(Editor?s note: This is part of a series of monthly stories taking a close-up look at neighborhoods in Petaluma.)
Shortly after Denny Murray purchased a home in the D Street neighborhood, Halloween rolled around, and although his family hadn?t moved in yet, they wanted to be sure to be home to pass out candy for the kiddies.
?So, we bought a couple bags of candy,? he said.
Murray, who had been living in the peaceful serenity of Sonoma Mountain, didn?t have any clue that Halloween on D Street had developed into an event of gargantuan, carnival-like proportions.
Murray?s bags of candy were gone in a flash ? and yet the kids kept coming and coming and coming, every one expecting a tasty treat.
?We?ll never get caught in that situation again,? Murray said, laughing.
David Sherman, a brand-new resident of the 500 block of D Street, had a similar experience last year.
?We bought hundreds of dollars worth of candy, and it was gone in about 45 minutes. We were overwhelmed, but we?ll be more prepared next year. It?s expensive, but worth it,? he said.
When Jo and Donald Leroy moved to their home on the 500 block of D Street six years ago, they didn?t have any idea that they were in ?Halloween Central? until a neighbor told them. On the big day, the couple decided to set up tables in their front yard to distribute candy. They gave away one piece to each child, and by the end of the evening, had distributed 2,015 pieces!
?Ever since I can remember, Halloween has been a big thing here,? said Chris Cort, who grew up in the neighborhood in a home on the 800 block of D Street. He recalls it becoming a much bigger thing in the mid-to-late 1980s.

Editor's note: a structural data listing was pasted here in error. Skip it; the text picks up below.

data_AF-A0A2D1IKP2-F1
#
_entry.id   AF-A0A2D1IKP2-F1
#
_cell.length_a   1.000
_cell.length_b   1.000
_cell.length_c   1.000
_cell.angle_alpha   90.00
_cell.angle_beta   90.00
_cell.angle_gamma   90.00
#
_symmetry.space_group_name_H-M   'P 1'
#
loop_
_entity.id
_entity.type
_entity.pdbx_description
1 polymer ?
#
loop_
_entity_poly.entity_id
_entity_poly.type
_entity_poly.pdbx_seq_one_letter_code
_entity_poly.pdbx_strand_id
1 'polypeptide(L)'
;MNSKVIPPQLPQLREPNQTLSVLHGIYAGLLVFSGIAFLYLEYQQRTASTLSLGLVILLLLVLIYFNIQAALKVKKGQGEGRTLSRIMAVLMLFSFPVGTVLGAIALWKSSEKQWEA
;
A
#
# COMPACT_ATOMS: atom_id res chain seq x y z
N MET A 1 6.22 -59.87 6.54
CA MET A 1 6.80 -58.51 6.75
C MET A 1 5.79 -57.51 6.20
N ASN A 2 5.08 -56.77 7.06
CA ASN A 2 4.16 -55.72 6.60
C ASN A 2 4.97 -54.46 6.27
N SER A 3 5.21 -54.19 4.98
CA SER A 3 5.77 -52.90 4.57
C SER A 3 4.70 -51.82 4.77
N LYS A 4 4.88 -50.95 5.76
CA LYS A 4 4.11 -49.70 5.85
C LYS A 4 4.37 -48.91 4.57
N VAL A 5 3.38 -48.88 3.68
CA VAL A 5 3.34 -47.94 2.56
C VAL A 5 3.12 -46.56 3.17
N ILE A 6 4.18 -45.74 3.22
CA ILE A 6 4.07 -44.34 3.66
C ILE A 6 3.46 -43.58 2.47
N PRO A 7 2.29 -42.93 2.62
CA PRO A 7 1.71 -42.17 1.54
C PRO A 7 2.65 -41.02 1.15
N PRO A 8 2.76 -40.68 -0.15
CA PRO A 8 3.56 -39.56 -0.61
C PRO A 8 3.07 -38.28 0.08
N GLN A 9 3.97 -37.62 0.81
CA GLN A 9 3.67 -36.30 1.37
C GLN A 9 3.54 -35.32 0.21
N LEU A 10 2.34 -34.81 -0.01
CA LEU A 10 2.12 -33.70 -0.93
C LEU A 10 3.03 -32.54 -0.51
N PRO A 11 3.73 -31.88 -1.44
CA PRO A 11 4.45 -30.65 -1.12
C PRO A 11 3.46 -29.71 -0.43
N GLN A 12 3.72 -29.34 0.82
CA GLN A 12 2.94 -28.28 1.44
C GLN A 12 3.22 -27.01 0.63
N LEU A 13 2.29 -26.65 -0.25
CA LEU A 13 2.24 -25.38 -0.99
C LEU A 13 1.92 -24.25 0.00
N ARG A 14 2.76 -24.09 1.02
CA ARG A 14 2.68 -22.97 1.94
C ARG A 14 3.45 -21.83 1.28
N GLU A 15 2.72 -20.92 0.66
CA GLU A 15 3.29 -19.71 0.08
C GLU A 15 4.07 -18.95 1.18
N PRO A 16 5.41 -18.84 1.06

On Halloween, the area is known not only for the deluge of children and their accompanying parents, but also for the unique ?theme? decorations at most of the homes.
?We do a kind of Cirque du Soleil theme, with a juggler and clowns,? Cort said. ?But I?m afraid it?s too scary for the little kids and not scary enough for the bigger ones.?
Alan Sandy, who has resided on the 900 block of D Street since 1988, dresses up as Abraham Lincoln ? complete with tux, black bow tie and top hat ? as he greets trick-or-treaters and chats with passersby in front of his home.
Lawrence and Stephanie Cowell transform their home on the 900 block of D Street into ?Cavity Cove,? a pirate?s den with treasure chests, chains and vultures.
Like the D Street neighborhood itself, Halloween has the distinct feel of a mid-1900s America, when life was simpler and neighborly gestures were commonplace.
?One year, I went trick-or-treating with my grandkids. I left a big basket full of candy on the front porch, and when I came back the basket was still there and there was still candy left. The people are so polite and nice, and there is never a mess the next morning,? said Shirley Pollock, who has experienced 19 Halloweens since moving to a home on Grossland Way.
?Everybody here is very friendly, and willing to help out. It?s the kind of neighborhood you?ve always heard about,? she added.